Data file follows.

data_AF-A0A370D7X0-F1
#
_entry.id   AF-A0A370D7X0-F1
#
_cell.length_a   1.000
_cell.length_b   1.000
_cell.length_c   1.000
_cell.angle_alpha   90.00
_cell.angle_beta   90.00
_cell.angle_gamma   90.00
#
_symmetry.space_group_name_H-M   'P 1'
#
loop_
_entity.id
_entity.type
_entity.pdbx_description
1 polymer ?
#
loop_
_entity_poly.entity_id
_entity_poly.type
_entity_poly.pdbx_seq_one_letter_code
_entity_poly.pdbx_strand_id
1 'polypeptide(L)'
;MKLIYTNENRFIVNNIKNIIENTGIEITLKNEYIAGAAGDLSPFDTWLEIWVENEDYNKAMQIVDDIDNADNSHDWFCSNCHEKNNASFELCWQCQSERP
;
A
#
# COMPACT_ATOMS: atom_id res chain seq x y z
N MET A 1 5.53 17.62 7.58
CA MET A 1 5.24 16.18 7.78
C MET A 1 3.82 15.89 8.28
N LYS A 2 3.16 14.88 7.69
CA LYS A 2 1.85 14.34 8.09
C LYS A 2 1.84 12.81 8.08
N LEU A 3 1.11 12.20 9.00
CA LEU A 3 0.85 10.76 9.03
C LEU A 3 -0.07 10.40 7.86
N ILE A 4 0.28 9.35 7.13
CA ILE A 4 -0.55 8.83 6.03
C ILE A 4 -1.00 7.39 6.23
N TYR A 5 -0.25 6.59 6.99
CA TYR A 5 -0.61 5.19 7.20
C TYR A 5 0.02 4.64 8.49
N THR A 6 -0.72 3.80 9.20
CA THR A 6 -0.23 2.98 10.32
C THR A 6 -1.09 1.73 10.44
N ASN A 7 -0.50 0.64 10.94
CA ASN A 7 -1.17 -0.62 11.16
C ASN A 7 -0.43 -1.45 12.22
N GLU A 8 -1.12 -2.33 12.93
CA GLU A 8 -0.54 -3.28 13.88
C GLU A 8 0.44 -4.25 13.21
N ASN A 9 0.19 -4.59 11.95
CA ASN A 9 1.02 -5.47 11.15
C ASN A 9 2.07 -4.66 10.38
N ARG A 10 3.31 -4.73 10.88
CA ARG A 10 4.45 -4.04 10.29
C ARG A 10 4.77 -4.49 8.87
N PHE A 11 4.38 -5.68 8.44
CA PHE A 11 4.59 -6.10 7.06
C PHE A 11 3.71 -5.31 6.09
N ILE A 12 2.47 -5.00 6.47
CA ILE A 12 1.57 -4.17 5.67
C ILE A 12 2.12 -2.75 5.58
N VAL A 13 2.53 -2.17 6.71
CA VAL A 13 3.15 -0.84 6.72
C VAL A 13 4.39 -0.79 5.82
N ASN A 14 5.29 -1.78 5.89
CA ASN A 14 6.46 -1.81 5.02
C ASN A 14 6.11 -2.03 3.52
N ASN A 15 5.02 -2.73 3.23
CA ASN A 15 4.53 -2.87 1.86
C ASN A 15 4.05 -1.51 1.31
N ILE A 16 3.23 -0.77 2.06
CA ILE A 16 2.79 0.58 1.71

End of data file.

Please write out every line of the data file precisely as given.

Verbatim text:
data_AF-A0A370D7X0-F1
#
_entry.id   AF-A0A370D7X0-F1
#
_cell.length_a   1.000
_cell.length_b   1.000
_cell.length_c   1.000
_cell.angle_alpha   90.00
_cell.angle_beta   90.00
_cell.angle_gamma   90.00
#
_symmetry.space_group_name_H-M   'P 1'
#
loop_
_entity.id
_entity.type
_entity.pdbx_description
1 polymer ?
#
loop_
_entity_poly.entity_id
_entity_poly.type
_entity_poly.pdbx_seq_one_letter_code
_entity_poly.pdbx_strand_id
1 'polypeptide(L)'
;MKLIYTNENRFIVNNIKNIIENTGIEITLKNEYIAGAAGDLSPFDTWLEIWVENEDYNKAMQIVDDIDNADNSHDWFCSNCHEKNNASFELCWQCQSERP
;
A
#
# COMPACT_ATOMS: atom_id res chain seq x y z
N MET A 1 5.53 17.62 7.58
CA MET A 1 5.24 16.18 7.78
C MET A 1 3.82 15.89 8.28
N LYS A 2 3.16 14.88 7.69
CA LYS A 2 1.85 14.34 8.09
C LYS A 2 1.84 12.81 8.08
N LEU A 3 1.11 12.20 9.00
CA LEU A 3 0.85 10.76 9.03
C LEU A 3 -0.07 10.40 7.86
N ILE A 4 0.28 9.35 7.13
CA ILE A 4 -0.55 8.83 6.03
C ILE A 4 -1.00 7.39 6.23
N TYR A 5 -0.25 6.59 6.99
CA TYR A 5 -0.61 5.19 7.20
C TYR A 5 0.02 4.64 8.49
N THR A 6 -0.72 3.80 9.20
CA THR A 6 -0.23 2.98 10.32
C THR A 6 -1.09 1.73 10.44
N ASN A 7 -0.50 0.64 10.94
CA ASN A 7 -1.17 -0.62 11.16
C ASN A 7 -0.43 -1.45 12.22
N GLU A 8 -1.12 -2.33 12.93
CA GLU A 8 -0.54 -3.28 13.88
C GLU A 8 0.44 -4.25 13.21
N ASN A 9 0.19 -4.59 11.95
CA ASN A 9 1.02 -5.47 11.15
C ASN A 9 2.07 -4.66 10.38
N ARG A 10 3.31 -4.73 10.88
CA ARG A 10 4.45 -4.04 10.29
C ARG A 10 4.77 -4.49 8.87
N PHE A 11 4.38 -5.68 8.44
CA PHE A 11 4.59 -6.10 7.06
C PHE A 11 3.71 -5.31 6.09
N ILE A 12 2.47 -5.00 6.47
CA ILE A 12 1.57 -4.17 5.67
C ILE A 12 2.12 -2.75 5.58
N VAL A 13 2.53 -2.17 6.71
CA VAL A 13 3.15 -0.84 6.72
C VAL A 13 4.39 -0.79 5.82
N ASN A 14 5.29 -1.78 5.89
CA ASN A 14 6.46 -1.81 5.02
C ASN A 14 6.11 -2.03 3.52
N ASN A 15 5.02 -2.73 3.23
CA ASN A 15 4.53 -2.87 1.86
C ASN A 15 4.05 -1.51 1.31
N ILE A 16 3.23 -0.77 2.06
CA ILE A 16 2.79 0.58 1.71